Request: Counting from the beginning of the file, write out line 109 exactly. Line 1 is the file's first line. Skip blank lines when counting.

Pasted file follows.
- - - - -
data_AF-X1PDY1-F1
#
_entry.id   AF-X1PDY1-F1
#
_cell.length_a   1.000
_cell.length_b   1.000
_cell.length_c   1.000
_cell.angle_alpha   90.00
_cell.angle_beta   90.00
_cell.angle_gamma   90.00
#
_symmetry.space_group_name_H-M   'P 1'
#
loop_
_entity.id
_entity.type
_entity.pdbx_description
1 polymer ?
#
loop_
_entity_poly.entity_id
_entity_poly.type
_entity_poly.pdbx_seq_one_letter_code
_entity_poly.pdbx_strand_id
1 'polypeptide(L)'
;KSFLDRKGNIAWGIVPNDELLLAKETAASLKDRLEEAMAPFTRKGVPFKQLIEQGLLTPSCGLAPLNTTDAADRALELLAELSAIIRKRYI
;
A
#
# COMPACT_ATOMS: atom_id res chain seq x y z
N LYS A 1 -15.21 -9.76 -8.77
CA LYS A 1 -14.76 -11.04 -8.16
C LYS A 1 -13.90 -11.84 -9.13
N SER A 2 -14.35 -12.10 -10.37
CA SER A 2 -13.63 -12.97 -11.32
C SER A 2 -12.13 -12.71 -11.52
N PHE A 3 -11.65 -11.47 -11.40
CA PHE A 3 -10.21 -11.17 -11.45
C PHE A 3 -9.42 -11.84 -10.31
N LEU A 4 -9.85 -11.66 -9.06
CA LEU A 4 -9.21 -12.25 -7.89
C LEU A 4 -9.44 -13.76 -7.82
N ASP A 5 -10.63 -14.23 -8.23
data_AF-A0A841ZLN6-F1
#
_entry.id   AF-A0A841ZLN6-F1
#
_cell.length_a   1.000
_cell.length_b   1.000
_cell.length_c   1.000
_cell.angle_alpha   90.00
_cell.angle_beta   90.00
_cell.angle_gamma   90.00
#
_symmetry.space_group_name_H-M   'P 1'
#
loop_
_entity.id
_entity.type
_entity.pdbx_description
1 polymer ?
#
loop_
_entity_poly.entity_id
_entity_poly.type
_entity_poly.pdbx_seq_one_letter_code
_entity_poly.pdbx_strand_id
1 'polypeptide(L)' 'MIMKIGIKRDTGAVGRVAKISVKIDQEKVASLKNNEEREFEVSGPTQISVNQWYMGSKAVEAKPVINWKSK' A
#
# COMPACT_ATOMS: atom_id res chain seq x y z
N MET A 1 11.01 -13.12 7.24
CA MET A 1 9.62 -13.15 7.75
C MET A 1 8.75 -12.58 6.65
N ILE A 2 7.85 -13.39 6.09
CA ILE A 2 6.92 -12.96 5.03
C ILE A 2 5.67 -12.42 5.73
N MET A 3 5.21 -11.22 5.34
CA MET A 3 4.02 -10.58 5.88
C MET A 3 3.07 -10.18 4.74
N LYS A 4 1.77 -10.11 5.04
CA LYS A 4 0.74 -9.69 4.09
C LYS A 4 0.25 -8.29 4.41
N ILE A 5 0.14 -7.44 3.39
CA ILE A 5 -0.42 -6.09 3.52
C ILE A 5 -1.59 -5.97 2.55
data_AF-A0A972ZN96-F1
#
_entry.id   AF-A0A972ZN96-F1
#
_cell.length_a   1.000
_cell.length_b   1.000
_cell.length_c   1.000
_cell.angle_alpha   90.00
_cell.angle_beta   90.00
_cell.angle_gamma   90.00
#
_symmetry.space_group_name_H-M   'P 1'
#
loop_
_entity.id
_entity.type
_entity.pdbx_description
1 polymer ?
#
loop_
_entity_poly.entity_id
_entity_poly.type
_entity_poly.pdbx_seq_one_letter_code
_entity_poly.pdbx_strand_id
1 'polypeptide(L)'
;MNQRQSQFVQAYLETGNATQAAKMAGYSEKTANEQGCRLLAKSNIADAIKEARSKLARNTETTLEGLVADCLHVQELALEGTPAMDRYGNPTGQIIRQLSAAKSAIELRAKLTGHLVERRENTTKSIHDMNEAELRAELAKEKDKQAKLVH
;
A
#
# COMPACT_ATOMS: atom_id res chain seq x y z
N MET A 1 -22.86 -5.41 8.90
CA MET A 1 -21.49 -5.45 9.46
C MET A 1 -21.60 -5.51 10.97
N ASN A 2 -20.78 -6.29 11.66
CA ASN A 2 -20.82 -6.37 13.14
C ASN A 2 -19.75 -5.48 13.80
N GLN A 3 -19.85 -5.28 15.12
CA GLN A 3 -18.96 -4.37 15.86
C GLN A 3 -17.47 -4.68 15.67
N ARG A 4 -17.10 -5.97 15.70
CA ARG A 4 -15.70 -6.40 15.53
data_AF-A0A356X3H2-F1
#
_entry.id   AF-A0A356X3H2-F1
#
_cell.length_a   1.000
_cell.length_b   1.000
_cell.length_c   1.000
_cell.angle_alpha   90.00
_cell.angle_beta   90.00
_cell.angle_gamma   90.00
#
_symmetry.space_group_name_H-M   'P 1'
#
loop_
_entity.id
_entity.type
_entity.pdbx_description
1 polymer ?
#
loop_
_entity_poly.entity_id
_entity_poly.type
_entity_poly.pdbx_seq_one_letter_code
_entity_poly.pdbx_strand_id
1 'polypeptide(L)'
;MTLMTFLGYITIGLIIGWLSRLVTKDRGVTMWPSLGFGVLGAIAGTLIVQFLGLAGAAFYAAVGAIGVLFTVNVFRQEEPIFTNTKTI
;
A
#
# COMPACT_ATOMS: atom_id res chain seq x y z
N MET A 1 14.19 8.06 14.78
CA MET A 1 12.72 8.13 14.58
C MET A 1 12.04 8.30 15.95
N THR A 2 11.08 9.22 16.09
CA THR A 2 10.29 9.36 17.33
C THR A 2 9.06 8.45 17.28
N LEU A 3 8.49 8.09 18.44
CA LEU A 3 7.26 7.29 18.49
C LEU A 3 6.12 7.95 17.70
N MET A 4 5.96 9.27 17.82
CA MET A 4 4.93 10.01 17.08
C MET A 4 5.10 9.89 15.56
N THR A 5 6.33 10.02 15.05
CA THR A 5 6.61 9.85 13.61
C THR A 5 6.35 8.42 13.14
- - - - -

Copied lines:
_entity_poly.pdbx_strand_id